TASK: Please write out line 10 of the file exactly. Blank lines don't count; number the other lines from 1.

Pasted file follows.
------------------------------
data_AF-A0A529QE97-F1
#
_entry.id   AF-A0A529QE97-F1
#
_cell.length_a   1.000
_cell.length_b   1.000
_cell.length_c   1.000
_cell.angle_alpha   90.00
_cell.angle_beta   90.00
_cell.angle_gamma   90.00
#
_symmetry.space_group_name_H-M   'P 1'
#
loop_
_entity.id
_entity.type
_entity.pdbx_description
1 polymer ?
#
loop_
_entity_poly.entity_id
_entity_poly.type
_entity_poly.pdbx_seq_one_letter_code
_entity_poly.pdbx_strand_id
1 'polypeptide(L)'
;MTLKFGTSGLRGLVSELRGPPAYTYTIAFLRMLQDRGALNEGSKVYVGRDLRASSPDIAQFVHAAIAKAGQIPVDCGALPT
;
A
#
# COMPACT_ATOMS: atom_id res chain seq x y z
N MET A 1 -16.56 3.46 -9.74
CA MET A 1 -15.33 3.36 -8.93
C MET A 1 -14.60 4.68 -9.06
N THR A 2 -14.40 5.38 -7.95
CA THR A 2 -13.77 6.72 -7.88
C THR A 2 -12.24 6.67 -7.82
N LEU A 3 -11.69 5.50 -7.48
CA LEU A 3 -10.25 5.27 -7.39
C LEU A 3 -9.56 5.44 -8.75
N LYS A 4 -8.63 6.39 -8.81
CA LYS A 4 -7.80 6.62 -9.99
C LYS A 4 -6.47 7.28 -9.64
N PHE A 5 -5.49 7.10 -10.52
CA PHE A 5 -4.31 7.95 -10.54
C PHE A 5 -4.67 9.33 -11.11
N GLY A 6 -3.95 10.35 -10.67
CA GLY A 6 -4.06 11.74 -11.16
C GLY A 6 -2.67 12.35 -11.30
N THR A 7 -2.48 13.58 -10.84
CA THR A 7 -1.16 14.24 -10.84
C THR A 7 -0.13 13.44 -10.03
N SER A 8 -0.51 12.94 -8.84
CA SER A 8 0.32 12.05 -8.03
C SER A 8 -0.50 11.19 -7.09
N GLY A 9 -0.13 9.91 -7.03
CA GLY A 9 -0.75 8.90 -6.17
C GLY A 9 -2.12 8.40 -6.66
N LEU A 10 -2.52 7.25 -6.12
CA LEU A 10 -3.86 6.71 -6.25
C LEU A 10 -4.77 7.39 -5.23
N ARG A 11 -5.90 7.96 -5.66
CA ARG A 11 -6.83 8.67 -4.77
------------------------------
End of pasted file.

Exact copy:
_cell.angle_gamma   90.00